We go the extra mile (there are no traffic jams on the extra mile)


This is an extract of the decision by the Australian Dept. of Home Affairs after we made representations to them they incorrectly revoked our client’s Australian Citizenship. We have deleted our client’s name for confidentiality reasons.

Dear Mr Silver

Thank you for your email to the Department of Home Affairs on 30 March 2021 regarding the Australian citizenship status of ………

Ms ……… acquired Australian citizenship by descent on 22 August 1984 in her birth name. As you have noted, she was notified by the Department of Home Affairs on 1 February 2018 that it had been determined that she was incorrectly registered as an Australian citizen by descent because she did not meet the requirements to be approved as an Australian citizen by descent under Section 10B of the Australian Citizenship Act 1948 (the ACA 1948). Ms ……….. was advised that her records had been annotated to show that she is not an Australian citizen.

You have raised your concerns that this decision was incorrect as Section 10B was not in effect at the time Ms ……….. was registered as an Australian citizen.

Ms ………… case has been reviewed by the delegate, Principal Migration Officer at Pretoria post and also reviewed by colleagues in the Department’s Headquarters in Canberra, Australia. 

Section 10B of the ACA 1948 was inserted into the ACA 1948 by the Australian Citizenship Amendment Act 1984 (the Amendment Act). It required (amongst other things) that at the time of the person’s registration, a parent of the person born outside of Australia was present in Australia for a period, or periods amounting in the aggregate to, not less than 2 years (s 10B(1)(b)(ii)(B) refers). Subsection 2(2) of the Amendment Act provided that subject to sub-section (2), this Act shall come into operation on the twenty-eighth day after the day on which it receives the Royal Assent. The Amendment Act received the Royal Assent on 25 October 1984. This meant that s 10B came into operation 28 days later, on 22 November 1984. Therefore, at the time of Ms ……. registration on 22 August 1984, s 10B had not come into effect.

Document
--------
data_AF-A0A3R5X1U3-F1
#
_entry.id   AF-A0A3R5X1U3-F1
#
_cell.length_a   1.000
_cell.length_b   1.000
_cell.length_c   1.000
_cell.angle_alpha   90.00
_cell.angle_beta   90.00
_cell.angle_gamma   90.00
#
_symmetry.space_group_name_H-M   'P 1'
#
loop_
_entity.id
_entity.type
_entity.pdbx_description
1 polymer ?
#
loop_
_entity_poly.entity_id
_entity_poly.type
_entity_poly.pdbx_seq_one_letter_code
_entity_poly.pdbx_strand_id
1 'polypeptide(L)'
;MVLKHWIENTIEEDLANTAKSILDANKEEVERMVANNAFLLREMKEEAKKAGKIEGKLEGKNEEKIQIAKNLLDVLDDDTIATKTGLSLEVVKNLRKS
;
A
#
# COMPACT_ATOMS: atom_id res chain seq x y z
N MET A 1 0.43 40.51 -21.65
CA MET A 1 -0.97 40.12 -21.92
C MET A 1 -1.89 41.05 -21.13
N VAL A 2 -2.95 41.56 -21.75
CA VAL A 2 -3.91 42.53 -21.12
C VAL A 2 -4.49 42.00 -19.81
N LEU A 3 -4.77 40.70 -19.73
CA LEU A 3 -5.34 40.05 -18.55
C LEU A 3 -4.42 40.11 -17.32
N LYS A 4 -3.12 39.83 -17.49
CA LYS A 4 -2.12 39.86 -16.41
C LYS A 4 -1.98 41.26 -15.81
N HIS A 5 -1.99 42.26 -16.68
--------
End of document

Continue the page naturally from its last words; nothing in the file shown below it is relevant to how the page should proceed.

At the time of Ms ………. birth, section 11 of the ACA 1948 relevantly provided: 

  1. (1) A person born outside Australia on or after 26th January, 1949, is an Australian citizen by descent if-

  (a)  in the case of a person born in wedlock-at the time of the birth his father or mother was an Australian citizen;

and, in either case, the birth was or is registered at an Australian consulate within five years after its occurrence or within such further period as the Minister allowed or allows.

On the information before us, at the time of her birth, Ms ………. mother was an Australian citizen.  Both her parents were married at the time of her birth. On this basis, it is clear that Ms ……… satisfied the requirements for citizenship by descent under s 11 of the ACA 1948.

The Department is in the process of amending the annotation to show that it was made incorrectly and  will show that she acquired Australian citizenship by descent on 22 August 1984. 

On behalf of the Department of Home Affairs, I would like to pass on my sincere apologies to Ms  for this error, for the inconvenience, and for any distress that this has caused.

If the Department has made an error that has caused a person a financial loss or some other detriment, they might be able to make a claim for compensation. Compensation can be claimed for loss suffered as a result of one of the following:

  • legal liability
  • special circumstance arising out of Commonwealth administration.
  • defective administration.

More information on this including how to apply can be found here: Claiming compensation from us (homeaffairs.gov.au)

Thank you for bringing this matter to our attention.

Kind regards
Ben Opray

Second Secretary
Department of Home Affairs
Australian High Commission
Pretoria, South Africa